Capturing groups is always harder then shooting one portrait at a time, especially in those spontaneous moments. First of all, there are more eyes to notice you; second of all, there are too many independent actions flowing into too many different directions.
To capture groups spontaneously, I think we all need to understand the group dynamics. I don't necessarily mean the physics but the actual movement and energy flowing among the members of the group. You have to feel all of the people. You have to watch them and you need to be able to isolate each of them in your mind. Then you need to either step far away or you need to step in. Either watch the movement or join the flow, feel the vibe. Once you mature in that flow, once you feel comfortable, then you should start releasing your shutter as much as you want.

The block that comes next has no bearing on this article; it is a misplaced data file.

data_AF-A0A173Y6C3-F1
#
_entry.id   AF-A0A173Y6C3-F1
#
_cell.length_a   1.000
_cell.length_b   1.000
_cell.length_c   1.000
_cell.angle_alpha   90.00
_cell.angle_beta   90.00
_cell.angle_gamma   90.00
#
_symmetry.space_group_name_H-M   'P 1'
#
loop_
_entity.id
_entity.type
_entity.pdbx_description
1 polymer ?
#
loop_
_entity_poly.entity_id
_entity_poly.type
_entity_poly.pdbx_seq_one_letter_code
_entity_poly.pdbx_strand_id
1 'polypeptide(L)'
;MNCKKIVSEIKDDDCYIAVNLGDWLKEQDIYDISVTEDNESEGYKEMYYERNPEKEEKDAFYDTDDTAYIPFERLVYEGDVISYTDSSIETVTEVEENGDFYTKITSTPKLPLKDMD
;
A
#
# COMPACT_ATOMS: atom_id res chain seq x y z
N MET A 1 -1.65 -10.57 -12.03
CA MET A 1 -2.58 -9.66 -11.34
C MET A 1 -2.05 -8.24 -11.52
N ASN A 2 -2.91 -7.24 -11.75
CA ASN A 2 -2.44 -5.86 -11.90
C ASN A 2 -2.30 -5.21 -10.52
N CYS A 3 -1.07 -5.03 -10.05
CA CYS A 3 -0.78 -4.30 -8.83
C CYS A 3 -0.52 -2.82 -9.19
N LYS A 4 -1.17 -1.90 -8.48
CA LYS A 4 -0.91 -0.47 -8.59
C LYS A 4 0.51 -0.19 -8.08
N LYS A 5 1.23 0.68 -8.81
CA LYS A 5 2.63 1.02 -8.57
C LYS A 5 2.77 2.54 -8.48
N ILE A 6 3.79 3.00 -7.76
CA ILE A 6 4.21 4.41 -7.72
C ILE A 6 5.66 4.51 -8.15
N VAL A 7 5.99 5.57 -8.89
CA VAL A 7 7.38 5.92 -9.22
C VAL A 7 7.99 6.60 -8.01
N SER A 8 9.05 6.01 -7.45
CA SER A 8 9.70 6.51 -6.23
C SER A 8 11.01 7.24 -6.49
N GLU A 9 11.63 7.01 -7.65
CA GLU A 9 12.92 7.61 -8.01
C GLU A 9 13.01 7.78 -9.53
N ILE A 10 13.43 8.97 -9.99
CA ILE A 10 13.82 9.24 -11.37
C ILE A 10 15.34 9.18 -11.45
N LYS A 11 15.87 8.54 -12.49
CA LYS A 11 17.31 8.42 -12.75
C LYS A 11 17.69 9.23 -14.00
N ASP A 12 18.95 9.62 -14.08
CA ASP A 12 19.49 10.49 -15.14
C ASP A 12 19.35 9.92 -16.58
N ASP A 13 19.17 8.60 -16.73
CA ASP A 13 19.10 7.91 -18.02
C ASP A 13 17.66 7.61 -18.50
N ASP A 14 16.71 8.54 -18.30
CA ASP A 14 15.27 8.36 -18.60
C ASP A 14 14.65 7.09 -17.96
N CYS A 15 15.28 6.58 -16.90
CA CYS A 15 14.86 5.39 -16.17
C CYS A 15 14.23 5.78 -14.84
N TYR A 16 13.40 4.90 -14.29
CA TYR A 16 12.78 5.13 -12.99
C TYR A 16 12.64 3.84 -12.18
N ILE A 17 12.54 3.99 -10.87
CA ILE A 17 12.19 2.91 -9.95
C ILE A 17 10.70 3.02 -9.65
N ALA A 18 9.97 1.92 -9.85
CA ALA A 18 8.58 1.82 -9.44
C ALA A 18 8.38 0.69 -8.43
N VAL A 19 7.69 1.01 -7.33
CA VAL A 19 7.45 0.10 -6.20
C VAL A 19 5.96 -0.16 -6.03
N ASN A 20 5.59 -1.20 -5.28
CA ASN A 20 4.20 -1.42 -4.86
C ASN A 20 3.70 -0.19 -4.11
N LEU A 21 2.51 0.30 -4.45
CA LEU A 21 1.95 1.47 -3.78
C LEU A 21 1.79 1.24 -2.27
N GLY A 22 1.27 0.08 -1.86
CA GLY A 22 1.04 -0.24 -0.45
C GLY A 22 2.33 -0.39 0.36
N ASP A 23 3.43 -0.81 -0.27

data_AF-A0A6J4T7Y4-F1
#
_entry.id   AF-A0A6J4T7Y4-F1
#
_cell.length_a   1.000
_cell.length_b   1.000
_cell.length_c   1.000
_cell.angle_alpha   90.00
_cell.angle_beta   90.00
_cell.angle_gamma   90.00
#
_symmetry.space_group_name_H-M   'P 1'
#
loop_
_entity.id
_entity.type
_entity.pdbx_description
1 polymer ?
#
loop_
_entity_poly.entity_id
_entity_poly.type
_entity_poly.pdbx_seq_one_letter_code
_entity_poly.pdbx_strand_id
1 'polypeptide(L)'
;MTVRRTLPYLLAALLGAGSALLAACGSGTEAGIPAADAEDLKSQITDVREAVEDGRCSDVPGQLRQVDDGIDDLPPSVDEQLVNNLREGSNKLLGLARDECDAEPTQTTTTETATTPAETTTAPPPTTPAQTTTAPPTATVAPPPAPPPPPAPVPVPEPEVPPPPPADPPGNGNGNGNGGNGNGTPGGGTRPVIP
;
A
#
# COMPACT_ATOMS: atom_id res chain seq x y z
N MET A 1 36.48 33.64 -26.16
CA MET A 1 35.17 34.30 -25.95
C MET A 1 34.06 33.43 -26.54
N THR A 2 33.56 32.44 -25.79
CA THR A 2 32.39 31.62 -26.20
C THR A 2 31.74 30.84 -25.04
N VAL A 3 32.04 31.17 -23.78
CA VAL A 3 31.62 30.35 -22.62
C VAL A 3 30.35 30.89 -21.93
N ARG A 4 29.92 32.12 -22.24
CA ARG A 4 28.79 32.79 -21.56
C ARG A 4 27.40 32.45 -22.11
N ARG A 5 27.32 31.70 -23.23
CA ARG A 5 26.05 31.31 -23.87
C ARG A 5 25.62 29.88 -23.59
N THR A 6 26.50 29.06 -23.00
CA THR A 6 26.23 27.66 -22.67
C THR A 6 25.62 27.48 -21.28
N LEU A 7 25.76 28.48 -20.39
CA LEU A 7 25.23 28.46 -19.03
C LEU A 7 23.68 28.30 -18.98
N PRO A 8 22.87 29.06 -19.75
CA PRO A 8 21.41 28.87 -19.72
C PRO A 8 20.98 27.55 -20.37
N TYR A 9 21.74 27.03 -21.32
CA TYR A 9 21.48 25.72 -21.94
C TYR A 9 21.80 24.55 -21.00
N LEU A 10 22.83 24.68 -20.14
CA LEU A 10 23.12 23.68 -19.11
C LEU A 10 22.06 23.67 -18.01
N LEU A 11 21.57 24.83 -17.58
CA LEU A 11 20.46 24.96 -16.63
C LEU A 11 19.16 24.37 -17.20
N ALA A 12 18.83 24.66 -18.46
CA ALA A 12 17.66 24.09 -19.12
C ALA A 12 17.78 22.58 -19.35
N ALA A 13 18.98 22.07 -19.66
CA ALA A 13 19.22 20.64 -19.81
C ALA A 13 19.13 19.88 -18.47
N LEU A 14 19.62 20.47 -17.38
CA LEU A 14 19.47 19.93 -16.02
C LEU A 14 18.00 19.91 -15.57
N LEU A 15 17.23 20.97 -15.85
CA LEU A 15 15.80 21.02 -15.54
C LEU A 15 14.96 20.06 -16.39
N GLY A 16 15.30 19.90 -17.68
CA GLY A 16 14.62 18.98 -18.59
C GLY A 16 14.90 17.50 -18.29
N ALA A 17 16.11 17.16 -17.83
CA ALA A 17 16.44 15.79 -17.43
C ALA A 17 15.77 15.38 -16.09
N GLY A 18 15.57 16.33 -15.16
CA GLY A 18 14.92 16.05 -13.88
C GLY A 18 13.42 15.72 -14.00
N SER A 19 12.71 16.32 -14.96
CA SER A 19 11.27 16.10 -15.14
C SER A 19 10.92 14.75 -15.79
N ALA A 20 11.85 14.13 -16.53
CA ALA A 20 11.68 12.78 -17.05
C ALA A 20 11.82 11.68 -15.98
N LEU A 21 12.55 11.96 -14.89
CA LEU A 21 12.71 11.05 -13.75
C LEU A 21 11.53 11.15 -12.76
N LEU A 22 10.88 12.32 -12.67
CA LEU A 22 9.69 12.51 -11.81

Of course feeling the vibe is not all to capture the greatest moment. Altough it depends on your composition, I can suggest using a wide angle lens such as 17-24 mm if you are close to the group. If you stand far, you can get a zoom lens such as 70-200 mm, 28-90 mm based on your distance. I urge you not to use flash and try to get a top line lens with apertures reaching to 2.8, 1.4 and less. Also you can safely use a low aperture (1.4, 1.2) 50mm lens in situations where dancing people and rapidly changing light conditions such as clubbing venues etc. are involved.
Oh and one last notice... Don't mix this with photographing crowds; groups are small number of people acting together like tourists crawling a historic site, or a sports team, or friends etc.